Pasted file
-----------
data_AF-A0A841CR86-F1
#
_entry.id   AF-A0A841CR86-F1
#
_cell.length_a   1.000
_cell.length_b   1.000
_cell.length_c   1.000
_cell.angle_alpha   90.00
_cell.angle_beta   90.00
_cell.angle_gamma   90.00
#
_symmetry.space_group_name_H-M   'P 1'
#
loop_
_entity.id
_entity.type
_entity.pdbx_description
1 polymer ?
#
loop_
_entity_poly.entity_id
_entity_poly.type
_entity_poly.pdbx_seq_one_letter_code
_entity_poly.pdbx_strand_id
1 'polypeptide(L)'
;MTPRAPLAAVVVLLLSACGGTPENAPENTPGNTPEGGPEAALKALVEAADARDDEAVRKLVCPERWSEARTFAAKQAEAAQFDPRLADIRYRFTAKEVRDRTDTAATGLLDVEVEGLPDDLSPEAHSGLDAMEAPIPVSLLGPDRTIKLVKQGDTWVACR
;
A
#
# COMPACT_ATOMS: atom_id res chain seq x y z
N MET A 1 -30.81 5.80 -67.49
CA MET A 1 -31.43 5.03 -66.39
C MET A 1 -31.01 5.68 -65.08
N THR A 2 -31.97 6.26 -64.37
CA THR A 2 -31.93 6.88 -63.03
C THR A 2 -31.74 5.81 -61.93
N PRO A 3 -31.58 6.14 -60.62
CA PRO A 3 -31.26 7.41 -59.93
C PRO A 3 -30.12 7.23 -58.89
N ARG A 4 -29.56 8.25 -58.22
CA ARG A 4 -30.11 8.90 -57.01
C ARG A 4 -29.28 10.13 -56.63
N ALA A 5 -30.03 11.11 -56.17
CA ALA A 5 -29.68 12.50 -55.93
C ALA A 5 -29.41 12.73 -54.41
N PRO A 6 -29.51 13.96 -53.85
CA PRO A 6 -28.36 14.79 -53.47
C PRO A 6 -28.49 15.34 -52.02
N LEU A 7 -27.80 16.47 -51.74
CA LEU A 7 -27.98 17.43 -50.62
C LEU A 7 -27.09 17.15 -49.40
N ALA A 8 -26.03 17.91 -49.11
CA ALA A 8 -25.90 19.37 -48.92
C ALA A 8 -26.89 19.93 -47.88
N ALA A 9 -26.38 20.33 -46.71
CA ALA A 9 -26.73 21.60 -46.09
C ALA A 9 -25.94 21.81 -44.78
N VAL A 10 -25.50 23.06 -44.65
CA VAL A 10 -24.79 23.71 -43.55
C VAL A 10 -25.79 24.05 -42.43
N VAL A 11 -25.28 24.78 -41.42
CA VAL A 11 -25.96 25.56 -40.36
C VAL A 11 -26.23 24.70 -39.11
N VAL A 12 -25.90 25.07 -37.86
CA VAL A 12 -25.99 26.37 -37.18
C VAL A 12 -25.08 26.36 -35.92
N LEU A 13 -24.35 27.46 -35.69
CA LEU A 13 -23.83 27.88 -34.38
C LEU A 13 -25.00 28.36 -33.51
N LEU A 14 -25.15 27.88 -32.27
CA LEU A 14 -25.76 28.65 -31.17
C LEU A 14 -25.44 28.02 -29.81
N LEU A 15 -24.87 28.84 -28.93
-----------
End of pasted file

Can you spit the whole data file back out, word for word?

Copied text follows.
data_AF-A0A841CR86-F1
#
_entry.id   AF-A0A841CR86-F1
#
_cell.length_a   1.000
_cell.length_b   1.000
_cell.length_c   1.000
_cell.angle_alpha   90.00
_cell.angle_beta   90.00
_cell.angle_gamma   90.00
#
_symmetry.space_group_name_H-M   'P 1'
#
loop_
_entity.id
_entity.type
_entity.pdbx_description
1 polymer ?
#
loop_
_entity_poly.entity_id
_entity_poly.type
_entity_poly.pdbx_seq_one_letter_code
_entity_poly.pdbx_strand_id
1 'polypeptide(L)'
;MTPRAPLAAVVVLLLSACGGTPENAPENTPGNTPEGGPEAALKALVEAADARDDEAVRKLVCPERWSEARTFAAKQAEAAQFDPRLADIRYRFTAKEVRDRTDTAATGLLDVEVEGLPDDLSPEAHSGLDAMEAPIPVSLLGPDRTIKLVKQGDTWVACR
;
A
#
# COMPACT_ATOMS: atom_id res chain seq x y z
N MET A 1 -30.81 5.80 -67.49
CA MET A 1 -31.43 5.03 -66.39
C MET A 1 -31.01 5.68 -65.08
N THR A 2 -31.97 6.26 -64.37
CA THR A 2 -31.93 6.88 -63.03
C THR A 2 -31.74 5.81 -61.93
N PRO A 3 -31.58 6.14 -60.62
CA PRO A 3 -31.26 7.41 -59.93
C PRO A 3 -30.12 7.23 -58.89
N ARG A 4 -29.56 8.25 -58.22
CA ARG A 4 -30.11 8.90 -57.01
C ARG A 4 -29.28 10.13 -56.63
N ALA A 5 -30.03 11.11 -56.17
CA ALA A 5 -29.68 12.50 -55.93
C ALA A 5 -29.41 12.73 -54.41
N PRO A 6 -29.51 13.96 -53.85
CA PRO A 6 -28.36 14.79 -53.47
C PRO A 6 -28.49 15.34 -52.02
N LEU A 7 -27.80 16.47 -51.74
CA LEU A 7 -27.98 17.43 -50.62
C LEU A 7 -27.09 17.15 -49.40
N ALA A 8 -26.03 17.91 -49.11
CA ALA A 8 -25.90 19.37 -48.92
C ALA A 8 -26.89 19.93 -47.88
N ALA A 9 -26.38 20.33 -46.71
CA ALA A 9 -26.73 21.60 -46.09
C ALA A 9 -25.94 21.81 -44.78
N VAL A 10 -25.50 23.06 -44.65
CA VAL A 10 -24.79 23.71 -43.55
C VAL A 10 -25.79 24.05 -42.43
N VAL A 11 -25.28 24.78 -41.42
CA VAL A 11 -25.96 25.56 -40.36
C VAL A 11 -26.23 24.70 -39.11
N VAL A 12 -25.90 25.07 -37.86
CA VAL A 12 -25.99 26.37 -37.18
C VAL A 12 -25.08 26.36 -35.92
N LEU A 13 -24.35 27.46 -35.69
CA LEU A 13 -23.83 27.88 -34.38
C LEU A 13 -25.00 28.36 -33.51
N LEU A 14 -25.15 27.88 -32.27
CA LEU A 14 -25.76 28.65 -31.17
C LEU A 14 -25.44 28.02 -29.81
N LEU A 15 -24.87 28.84 -28.93